Hacienda at Albert Hall Manchester review

Gwen Angood caught sets from David Morales and Kenny Dope in Manchester's glorious Albert Hall.

Becca Frankland

Date published: 29th Feb 2016

Image credit: Jack Kirwin

Manchester was feeling the love on the eve of Valentine’s weekend as the city's most iconic clubbing institution, FAC51 Hacienda, hosted a party to celebrate its legacy and influence that is still relevant to the electronic music scene over 30 years later.

Inside the breath-taking confines of the magnificent Albert Hall, its ornate and intricate structure was illuminated with the Hacienda’s famous industrial black and yellow stripes with its enormous concert organ providing a stunning backdrop for a fine selection of respected DJs. 

A giant Studio 54 inspired glitter ball sprinkled a covering of laser dust all over the dancefloor, coupled with an impressive lighting display featuring the famous FAC51 catalogue number - reminding us of where the club culture in the north of the UK all began.

Admiring the gothic-style architecture and beautiful flood-lit windows, we entered the beautiful venue on the top tier of the concert hall, looking down on the hundreds of dancers who had  gathered to experience a piece of Manchester's home grown music scene at its very best. 

The warm-up set by Herbie Saccani transformed the room into a dark and dirty industrial sounding affair that was building up energy akin to the atmosphere of early doors at the Hacienda itself.

We wanted acid house and we got it by the bucket load, courtesy of two of New York City's finest selectors, Kenny Dope and David Morales, who played at the original Whitworth Street venue at the height of the scene.

Dope took to the decks with the intention of bringing us a fix of the Hacienda classics with a fresh twist. For the stalwarts among the crowd, this was certainly a trip down memory lane, where as for the newcomers and younger house enthusiasts, this set could be classed as a solid education.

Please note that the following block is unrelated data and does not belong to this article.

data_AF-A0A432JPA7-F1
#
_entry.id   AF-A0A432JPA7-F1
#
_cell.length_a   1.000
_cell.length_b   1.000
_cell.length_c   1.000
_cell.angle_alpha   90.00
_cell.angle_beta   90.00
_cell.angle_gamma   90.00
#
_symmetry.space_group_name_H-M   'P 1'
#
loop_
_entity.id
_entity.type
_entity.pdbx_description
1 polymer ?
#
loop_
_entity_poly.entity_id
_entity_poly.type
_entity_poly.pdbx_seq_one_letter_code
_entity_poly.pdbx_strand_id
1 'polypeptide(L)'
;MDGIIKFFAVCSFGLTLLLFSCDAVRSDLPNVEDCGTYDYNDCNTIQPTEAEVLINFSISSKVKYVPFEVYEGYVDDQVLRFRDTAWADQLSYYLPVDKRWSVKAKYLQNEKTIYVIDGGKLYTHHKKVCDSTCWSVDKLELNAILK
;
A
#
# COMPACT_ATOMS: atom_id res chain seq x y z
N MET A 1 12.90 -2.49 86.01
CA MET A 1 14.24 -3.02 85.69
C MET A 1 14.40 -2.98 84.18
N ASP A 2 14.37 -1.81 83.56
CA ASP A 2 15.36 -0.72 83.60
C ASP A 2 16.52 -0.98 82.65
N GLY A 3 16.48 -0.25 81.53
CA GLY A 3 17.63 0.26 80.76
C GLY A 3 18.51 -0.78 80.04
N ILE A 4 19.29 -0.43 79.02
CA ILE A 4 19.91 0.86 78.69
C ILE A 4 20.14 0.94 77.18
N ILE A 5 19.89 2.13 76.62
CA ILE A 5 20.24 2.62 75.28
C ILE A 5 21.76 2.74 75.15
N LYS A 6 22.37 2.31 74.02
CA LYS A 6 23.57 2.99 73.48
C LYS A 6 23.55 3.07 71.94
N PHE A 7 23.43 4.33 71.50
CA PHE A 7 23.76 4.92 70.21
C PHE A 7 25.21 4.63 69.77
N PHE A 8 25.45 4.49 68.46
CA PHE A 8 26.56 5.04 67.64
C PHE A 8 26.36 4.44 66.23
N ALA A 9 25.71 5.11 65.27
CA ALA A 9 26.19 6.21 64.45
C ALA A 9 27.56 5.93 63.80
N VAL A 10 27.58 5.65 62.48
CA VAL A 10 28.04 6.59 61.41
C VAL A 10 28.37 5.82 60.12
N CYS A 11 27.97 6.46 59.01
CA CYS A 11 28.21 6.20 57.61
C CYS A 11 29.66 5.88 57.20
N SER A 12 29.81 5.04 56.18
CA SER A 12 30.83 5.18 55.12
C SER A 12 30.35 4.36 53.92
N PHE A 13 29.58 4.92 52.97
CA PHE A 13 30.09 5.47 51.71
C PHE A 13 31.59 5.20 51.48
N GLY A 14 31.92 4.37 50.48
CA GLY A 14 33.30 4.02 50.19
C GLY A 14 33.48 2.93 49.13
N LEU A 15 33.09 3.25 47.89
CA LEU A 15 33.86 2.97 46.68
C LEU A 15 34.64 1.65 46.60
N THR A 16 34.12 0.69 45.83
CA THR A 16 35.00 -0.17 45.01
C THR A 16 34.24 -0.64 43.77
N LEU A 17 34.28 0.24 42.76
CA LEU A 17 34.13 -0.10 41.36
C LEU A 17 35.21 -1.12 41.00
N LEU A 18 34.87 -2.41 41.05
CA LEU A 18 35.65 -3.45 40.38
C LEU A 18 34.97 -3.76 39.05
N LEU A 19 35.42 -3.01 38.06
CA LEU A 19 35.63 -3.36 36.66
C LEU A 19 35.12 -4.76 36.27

Early on, he caused a frenzy with 'Strings of Life' by Rhythim is Rhythim (above), which encouraged the majority of the crowd to put their hands in the air, and the minority to climb up on a friend's shoulders to soak up even more of the energy.

The huge, heavy synths of 'Rock To The Beat' by Reese rattled the floorboards, as did the powerful chimes of Jaydee's 'Plastic Dreams' – both tracks a great example of the underground acid that soundtracked the most iconic parties.

With A Guy Called Gerald's 'Voodoo Ray', Kenny created a scene of unity on the dancefloor as revellers gathered together with their arms around each other. This moment would stay with them for a long time. 

Dancing around like we were teenagers to Paul Johnson's 'Get Get Down' and losing our voices as we sang our hearts out to Armand Van Helden's 'You Don't Know Me', this was an event of utter indulgence and nostalgia. 

To pick a musical highlight from this night is near impossible, but for us, David Morales' set narrowly took the crown with his amazing amalgamation of iconic vocal classics – opening with Alison Limerick's 'Where Love Lives' (above). At this point, the crowd in it's entirety was united in song as the classic piano riff from 1991 filled the majestic concert hall.

Donna Summer's 'I Feel Love', in it's full original glory was spectacular, delicately placed in between some more recent tracks, it reminded us of how producer Giorgio Moroder was years ahead of his time with such intense electronic sound in the 1970s.

The most poignant moment came when Morales played 'Your Love' by Frankie Knuckles. The track, produced by his late friend, sounded current and powerful. This was an emotional moment as we remembered The Godfather of House.

Morales handed over the decks to legendary residents Graeme Park and Mike Pickering, who took their chance to show us that they are still at the height of their game, and still as current and relevant in today's music culture as they were in the late eighties. 

The overwhelming quality of this night was that it drew in crowds of different backgrounds, and regardless of age they came purely to immerse themselves in the music. There was no secondary agenda, no image to uphold, no attitude. 

For as long as the original players are on the planet, this energy will continue, and we will all still meet up to dance like our lives depend on it. The Hacienda, one of the 20th Century's most influential social experiments, continues to ignite the city of Manchester, even if only on special occasions. 

Love this music? Check out the upcoming Hacienda Classical events

We talk with Graeme Park and ask him to pick a classic house track on the Skiddle Podcast 003

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